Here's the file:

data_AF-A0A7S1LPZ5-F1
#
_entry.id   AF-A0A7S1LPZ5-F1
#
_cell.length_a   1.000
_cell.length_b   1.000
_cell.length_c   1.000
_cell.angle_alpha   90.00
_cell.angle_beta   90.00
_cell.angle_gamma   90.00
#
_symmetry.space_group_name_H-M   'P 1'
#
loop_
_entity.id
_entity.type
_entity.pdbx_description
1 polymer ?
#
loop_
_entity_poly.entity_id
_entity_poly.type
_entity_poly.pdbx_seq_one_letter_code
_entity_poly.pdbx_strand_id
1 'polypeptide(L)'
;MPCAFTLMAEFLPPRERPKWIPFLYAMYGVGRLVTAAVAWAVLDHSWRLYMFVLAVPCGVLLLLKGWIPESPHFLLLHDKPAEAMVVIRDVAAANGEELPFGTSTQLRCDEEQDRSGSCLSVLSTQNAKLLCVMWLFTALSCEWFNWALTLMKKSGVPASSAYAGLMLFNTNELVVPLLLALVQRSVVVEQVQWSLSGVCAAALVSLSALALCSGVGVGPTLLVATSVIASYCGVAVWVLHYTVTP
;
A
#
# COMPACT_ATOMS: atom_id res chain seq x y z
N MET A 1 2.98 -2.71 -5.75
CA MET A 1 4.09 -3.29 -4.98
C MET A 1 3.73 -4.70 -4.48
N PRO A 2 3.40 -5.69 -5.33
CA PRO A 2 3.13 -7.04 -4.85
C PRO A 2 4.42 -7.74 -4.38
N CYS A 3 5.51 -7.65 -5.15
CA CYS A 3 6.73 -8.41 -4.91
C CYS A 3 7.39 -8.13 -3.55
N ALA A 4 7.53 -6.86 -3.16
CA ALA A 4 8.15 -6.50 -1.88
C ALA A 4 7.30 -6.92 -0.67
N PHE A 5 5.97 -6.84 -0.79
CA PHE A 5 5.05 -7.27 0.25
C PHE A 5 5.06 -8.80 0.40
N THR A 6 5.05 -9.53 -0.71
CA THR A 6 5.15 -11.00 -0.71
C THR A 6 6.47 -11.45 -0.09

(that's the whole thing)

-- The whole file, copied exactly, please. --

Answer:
data_AF-A0A7S1LPZ5-F1
#
_entry.id   AF-A0A7S1LPZ5-F1
#
_cell.length_a   1.000
_cell.length_b   1.000
_cell.length_c   1.000
_cell.angle_alpha   90.00
_cell.angle_beta   90.00
_cell.angle_gamma   90.00
#
_symmetry.space_group_name_H-M   'P 1'
#
loop_
_entity.id
_entity.type
_entity.pdbx_description
1 polymer ?
#
loop_
_entity_poly.entity_id
_entity_poly.type
_entity_poly.pdbx_seq_one_letter_code
_entity_poly.pdbx_strand_id
1 'polypeptide(L)'
;MPCAFTLMAEFLPPRERPKWIPFLYAMYGVGRLVTAAVAWAVLDHSWRLYMFVLAVPCGVLLLLKGWIPESPHFLLLHDKPAEAMVVIRDVAAANGEELPFGTSTQLRCDEEQDRSGSCLSVLSTQNAKLLCVMWLFTALSCEWFNWALTLMKKSGVPASSAYAGLMLFNTNELVVPLLLALVQRSVVVEQVQWSLSGVCAAALVSLSALALCSGVGVGPTLLVATSVIASYCGVAVWVLHYTVTP
;
A
#
# COMPACT_ATOMS: atom_id res chain seq x y z
N MET A 1 2.98 -2.71 -5.75
CA MET A 1 4.09 -3.29 -4.98
C MET A 1 3.73 -4.70 -4.48
N PRO A 2 3.40 -5.69 -5.33
CA PRO A 2 3.13 -7.04 -4.85
C PRO A 2 4.42 -7.74 -4.38
N CYS A 3 5.51 -7.65 -5.15
CA CYS A 3 6.73 -8.41 -4.91
C CYS A 3 7.39 -8.13 -3.55
N ALA A 4 7.53 -6.86 -3.16
CA ALA A 4 8.15 -6.50 -1.88
C ALA A 4 7.30 -6.92 -0.67
N PHE A 5 5.97 -6.84 -0.79
CA PHE A 5 5.05 -7.27 0.25
C PHE A 5 5.06 -8.80 0.40
N THR A 6 5.05 -9.53 -0.71
CA THR A 6 5.15 -11.00 -0.71
C THR A 6 6.47 -11.45 -0.09